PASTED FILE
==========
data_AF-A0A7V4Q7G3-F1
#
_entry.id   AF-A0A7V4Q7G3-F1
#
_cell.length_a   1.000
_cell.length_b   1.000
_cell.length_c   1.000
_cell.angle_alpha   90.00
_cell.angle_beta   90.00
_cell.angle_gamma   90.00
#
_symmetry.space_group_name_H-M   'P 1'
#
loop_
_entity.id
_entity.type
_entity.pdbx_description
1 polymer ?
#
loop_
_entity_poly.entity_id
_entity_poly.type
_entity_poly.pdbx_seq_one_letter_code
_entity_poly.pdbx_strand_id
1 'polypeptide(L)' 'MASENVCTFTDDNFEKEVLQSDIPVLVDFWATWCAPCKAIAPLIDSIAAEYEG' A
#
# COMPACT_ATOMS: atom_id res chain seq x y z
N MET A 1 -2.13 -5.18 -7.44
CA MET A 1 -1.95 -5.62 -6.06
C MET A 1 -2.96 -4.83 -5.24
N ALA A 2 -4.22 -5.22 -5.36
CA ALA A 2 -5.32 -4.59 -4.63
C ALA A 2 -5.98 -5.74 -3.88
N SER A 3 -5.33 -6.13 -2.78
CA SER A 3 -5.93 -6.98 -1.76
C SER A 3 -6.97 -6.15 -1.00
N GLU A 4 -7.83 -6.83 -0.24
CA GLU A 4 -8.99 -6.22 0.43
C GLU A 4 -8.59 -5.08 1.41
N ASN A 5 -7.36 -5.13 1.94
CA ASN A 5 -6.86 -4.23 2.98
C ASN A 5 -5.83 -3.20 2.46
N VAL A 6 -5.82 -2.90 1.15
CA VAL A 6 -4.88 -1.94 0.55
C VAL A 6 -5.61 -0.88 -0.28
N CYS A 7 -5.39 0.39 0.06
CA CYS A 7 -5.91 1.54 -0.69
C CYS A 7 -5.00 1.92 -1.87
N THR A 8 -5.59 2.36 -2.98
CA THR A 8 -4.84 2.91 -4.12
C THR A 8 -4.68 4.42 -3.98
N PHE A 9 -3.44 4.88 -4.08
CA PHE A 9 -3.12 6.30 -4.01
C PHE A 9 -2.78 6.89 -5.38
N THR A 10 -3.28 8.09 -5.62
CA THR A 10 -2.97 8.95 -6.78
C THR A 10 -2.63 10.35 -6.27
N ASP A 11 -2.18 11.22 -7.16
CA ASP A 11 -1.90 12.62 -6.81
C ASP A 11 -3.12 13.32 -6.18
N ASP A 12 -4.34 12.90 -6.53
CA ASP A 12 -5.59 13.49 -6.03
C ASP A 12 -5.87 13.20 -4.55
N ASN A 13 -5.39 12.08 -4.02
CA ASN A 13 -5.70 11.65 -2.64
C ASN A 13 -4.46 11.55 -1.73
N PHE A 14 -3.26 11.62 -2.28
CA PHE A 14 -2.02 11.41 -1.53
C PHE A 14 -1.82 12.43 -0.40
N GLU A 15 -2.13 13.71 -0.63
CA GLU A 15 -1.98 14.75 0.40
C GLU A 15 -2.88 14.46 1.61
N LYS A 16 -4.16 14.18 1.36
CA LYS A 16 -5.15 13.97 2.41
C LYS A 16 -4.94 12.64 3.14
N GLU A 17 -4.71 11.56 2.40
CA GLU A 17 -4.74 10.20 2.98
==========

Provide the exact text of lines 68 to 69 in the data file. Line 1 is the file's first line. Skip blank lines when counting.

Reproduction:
CA PHE A 14 -2.02 11.41 -1.53
C PHE A 14 -1.82 12.43 -0.40